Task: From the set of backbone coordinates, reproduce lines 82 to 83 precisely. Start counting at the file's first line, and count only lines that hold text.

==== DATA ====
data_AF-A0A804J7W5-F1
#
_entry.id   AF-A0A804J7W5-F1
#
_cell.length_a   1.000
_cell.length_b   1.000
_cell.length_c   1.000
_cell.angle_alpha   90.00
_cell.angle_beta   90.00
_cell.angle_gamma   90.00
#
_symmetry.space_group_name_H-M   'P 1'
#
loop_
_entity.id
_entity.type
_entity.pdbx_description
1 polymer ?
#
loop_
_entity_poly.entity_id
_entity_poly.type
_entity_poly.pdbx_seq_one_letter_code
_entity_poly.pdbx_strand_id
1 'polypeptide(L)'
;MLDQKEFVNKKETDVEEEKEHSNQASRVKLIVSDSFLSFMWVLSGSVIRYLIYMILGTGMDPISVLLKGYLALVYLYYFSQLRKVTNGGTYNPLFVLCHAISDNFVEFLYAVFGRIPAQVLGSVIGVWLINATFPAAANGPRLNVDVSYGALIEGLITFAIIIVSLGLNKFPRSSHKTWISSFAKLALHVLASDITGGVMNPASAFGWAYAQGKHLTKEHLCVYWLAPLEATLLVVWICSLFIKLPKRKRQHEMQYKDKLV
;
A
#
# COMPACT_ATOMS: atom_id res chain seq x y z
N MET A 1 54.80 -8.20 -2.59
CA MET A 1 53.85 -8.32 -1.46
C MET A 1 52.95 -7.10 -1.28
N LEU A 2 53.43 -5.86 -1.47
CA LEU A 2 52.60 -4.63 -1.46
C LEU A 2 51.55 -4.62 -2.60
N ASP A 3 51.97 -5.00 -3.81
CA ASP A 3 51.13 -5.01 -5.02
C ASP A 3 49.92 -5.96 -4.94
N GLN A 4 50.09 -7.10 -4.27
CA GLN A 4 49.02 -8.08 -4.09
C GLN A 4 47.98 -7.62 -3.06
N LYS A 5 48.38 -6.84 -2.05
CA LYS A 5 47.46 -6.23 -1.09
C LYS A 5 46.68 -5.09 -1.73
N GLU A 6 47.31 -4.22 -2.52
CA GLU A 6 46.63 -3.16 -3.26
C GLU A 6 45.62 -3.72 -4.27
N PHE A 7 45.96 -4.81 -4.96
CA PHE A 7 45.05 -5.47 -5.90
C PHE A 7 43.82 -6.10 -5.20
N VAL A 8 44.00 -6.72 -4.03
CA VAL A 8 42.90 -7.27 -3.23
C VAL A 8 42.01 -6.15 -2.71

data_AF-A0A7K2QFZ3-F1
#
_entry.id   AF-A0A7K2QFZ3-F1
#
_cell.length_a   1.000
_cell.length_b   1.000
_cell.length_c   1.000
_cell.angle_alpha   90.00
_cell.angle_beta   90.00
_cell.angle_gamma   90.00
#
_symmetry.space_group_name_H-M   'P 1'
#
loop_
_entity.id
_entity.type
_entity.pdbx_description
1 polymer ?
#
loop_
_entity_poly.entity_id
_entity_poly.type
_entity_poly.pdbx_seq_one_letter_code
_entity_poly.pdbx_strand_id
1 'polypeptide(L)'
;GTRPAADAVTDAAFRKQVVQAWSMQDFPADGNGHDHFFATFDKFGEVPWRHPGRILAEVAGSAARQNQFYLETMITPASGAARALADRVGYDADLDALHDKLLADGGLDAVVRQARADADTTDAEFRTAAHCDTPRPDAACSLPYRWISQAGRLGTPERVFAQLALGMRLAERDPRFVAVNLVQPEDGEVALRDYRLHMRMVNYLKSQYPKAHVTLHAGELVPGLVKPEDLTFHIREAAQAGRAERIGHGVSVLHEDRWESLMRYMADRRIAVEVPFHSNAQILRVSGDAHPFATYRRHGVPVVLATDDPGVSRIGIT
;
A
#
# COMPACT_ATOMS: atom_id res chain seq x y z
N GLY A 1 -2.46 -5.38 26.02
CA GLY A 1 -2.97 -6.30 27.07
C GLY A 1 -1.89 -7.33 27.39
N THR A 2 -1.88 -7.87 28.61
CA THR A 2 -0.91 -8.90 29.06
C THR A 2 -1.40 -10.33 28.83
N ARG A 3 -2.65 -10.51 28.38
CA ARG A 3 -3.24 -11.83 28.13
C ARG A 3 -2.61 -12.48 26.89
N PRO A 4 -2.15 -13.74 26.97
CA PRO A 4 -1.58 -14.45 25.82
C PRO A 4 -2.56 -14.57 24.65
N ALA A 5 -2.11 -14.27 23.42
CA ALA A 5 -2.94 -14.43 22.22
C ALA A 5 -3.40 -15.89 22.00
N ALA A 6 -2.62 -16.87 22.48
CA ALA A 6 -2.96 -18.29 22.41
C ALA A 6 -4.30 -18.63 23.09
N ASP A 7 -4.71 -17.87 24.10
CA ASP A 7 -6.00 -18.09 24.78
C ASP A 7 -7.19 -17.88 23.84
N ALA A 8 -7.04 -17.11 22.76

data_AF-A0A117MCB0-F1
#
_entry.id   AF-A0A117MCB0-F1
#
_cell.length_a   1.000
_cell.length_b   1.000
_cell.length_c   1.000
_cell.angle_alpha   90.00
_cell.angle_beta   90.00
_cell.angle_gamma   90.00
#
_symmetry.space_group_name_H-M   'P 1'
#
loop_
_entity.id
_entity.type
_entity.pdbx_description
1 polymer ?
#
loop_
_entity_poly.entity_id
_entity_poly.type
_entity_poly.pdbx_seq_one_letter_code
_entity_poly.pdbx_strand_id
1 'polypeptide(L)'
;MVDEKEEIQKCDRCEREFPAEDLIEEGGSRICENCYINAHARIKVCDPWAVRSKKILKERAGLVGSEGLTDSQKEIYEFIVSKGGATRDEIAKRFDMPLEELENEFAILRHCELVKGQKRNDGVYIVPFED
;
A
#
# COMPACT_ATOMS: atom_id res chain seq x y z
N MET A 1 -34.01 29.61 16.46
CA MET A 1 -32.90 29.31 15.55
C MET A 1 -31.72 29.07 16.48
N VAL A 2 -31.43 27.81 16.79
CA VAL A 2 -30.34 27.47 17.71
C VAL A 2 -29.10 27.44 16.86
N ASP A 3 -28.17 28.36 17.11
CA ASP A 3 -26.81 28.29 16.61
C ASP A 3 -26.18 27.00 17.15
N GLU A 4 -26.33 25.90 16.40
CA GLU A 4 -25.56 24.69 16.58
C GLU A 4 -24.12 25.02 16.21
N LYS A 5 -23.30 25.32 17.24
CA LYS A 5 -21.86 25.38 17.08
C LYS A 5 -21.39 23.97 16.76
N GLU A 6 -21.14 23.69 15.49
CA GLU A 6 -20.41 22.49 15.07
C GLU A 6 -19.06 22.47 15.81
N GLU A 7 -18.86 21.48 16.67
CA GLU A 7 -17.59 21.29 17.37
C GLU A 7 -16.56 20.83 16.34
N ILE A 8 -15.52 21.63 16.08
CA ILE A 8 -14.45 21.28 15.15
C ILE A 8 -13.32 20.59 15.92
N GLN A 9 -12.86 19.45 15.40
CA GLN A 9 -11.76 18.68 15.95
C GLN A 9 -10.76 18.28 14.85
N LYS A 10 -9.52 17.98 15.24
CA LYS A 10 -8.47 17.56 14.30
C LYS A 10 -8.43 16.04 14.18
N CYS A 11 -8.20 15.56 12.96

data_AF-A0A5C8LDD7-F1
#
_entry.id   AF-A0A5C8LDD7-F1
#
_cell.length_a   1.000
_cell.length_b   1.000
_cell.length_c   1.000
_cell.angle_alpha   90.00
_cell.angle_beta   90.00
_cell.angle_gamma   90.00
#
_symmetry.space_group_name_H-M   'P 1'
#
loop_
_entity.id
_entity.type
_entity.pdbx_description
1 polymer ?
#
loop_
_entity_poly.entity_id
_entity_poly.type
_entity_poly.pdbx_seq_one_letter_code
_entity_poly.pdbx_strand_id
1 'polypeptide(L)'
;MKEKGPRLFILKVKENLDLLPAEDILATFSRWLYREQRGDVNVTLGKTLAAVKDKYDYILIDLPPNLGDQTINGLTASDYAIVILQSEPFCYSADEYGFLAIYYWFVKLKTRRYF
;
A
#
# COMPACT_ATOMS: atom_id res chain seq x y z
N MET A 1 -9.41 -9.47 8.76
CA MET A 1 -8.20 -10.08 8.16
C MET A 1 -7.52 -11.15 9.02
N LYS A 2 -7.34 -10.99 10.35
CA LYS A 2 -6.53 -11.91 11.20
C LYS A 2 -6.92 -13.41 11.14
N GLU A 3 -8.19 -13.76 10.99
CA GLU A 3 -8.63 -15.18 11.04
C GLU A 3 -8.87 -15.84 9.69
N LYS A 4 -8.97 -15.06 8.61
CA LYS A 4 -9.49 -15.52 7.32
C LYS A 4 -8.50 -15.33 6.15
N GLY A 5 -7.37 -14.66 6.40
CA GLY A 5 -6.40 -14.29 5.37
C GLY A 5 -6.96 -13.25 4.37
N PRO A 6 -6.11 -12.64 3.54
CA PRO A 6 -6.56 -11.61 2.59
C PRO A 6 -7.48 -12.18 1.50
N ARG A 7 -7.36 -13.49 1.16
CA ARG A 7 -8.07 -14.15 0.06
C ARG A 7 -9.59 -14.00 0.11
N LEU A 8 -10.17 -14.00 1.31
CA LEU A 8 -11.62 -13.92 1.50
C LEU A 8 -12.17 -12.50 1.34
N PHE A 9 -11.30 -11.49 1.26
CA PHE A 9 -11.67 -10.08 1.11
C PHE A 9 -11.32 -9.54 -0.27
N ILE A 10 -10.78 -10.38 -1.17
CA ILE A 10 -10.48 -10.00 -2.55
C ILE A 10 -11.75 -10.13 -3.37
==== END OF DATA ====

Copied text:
A
#